Suzanne Schneider recently debuted a three-part series for The Revealer, in which she discusses the concept of the “religious violence” and questions its usefulness as analytical category to describe conflicts in the modern world. In the first installment, she retraces the emergence of the concept in the work of Hobbes and Spinoza and highlights its ties to the rise of the liberal state.
“Judging from mainstream media coverage and policy reports, the world today is engulfed in the inextinguishable flames of something called religious violence. Though more often invoked than defined, “religious violence” appears to many as a self-evident phenomenon – a category of particularly barbaric behavior that is responsible for a wide range of atrocities, usually perpetrated in the name of Islam. Reflecting this sense of obviousness, notably few public figures have stopped to question whether religious violence is a useful category through which to apprehend upheavals in the world around us. For instance, is it possible to attribute the rise of ISIS to the Islamic textual tradition while leaving material factors—ranging from the location of oil resources to social media networks, insurgency theory, and the Syrian civil war—mostly unaccounted for? Posed in such stark terms, the absurdity of such an approach becomes evident, and yet the public still encounters a slew of self-appointed experts who read verses from the Qur’an as if there is nothing left to explain.”
Christine Smallwood reviewed three collections of American short stories for the February/March Issue of BookForum in which she maps out various approaches to the art of short story writing — and reading.
“A novel is not designed to be read in one sitting. A reader finds herself in different moods, and different chairs, over the course of a novel; its pages become saturated with meals and conversations and days good and bad. A short story is read all at once, and alone. It might get knitted into life if it is reread many times over the years, but it always arrives complete, a thing apart and sufficient unto itself, like an asteroid. It is at once smaller and more vulnerable than a novel, and stranger and stiffer, somehow more independent. It doesn’t ask for attachment. It asks only to be heard.”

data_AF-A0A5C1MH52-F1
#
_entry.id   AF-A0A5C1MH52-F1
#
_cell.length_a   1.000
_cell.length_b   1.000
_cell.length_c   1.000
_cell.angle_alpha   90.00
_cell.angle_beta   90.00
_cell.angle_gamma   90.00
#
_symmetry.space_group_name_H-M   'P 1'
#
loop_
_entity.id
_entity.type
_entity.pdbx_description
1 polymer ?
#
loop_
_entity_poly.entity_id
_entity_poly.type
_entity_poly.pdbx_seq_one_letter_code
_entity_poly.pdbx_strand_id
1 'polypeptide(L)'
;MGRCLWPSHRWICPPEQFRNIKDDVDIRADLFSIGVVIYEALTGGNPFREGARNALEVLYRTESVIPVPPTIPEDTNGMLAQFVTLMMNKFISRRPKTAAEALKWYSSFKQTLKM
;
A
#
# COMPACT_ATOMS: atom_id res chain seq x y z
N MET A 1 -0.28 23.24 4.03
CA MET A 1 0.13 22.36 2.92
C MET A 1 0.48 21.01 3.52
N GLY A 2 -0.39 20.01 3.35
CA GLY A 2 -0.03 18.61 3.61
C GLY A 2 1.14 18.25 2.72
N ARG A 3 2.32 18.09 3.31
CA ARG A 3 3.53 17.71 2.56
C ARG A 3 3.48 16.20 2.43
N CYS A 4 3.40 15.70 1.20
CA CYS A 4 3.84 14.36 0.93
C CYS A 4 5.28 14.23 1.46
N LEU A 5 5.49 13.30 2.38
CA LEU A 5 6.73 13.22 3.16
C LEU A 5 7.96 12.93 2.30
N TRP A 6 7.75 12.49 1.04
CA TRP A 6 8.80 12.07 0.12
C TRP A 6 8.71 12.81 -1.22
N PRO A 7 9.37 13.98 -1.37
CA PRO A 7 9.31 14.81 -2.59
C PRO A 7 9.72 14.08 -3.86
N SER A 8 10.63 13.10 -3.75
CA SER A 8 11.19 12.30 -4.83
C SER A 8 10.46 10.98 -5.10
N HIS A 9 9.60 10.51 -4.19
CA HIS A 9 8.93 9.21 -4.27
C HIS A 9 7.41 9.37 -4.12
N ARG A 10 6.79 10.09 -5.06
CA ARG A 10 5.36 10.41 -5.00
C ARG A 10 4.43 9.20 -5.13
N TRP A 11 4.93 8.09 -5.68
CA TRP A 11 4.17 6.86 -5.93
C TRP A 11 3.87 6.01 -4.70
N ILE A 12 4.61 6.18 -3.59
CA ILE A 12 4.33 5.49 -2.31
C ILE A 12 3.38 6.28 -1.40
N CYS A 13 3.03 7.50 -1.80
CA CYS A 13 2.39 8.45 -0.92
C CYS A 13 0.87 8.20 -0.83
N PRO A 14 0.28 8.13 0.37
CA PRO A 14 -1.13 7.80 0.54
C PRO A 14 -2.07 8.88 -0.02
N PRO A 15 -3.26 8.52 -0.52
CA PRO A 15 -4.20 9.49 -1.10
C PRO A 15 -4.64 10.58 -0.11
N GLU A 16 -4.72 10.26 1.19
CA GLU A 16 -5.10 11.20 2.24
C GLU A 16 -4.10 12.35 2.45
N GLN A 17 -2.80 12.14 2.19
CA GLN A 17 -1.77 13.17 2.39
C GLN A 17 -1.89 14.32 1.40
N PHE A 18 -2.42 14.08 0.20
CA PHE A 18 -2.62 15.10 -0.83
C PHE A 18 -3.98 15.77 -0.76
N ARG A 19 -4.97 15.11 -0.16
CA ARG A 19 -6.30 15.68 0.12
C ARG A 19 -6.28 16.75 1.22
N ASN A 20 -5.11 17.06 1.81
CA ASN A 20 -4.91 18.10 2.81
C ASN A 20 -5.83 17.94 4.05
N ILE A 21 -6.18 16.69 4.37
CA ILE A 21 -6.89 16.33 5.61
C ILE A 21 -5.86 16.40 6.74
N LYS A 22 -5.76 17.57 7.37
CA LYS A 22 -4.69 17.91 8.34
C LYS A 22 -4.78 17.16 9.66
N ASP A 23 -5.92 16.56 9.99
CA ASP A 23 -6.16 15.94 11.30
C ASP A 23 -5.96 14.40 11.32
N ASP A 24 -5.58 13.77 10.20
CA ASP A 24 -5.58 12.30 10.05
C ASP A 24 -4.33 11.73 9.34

What is political theory anyway? Samantha Hill tackles this question in a blog post for the Hannah Arendt Center in which she discusses the relationship between political theory, history, and philosophy through Hannah Arendt’s own position on the matter.
“Arendt understands the work of the political theorist to be the work of the commentator. She writes, “The political writer loves the world, the world of the pragmata ton athropon, is the subject of politics in the broadest sense. Only the commentator is interested in theory, and loves political theory.” The world of the commentator is the not the same as the world of the author. When we read an author directly “we move into the same world”, we move into a world that was augmented by the author. Authors have the authority to expand our reality. The world of the commentator is the world of books; it is the world of political theory. “Commentators come and ago, the authors remain, we will read 100 years from now . . .” Arendt warns her student to “always return to the text” and not get lost in the twists and turns of commentary.”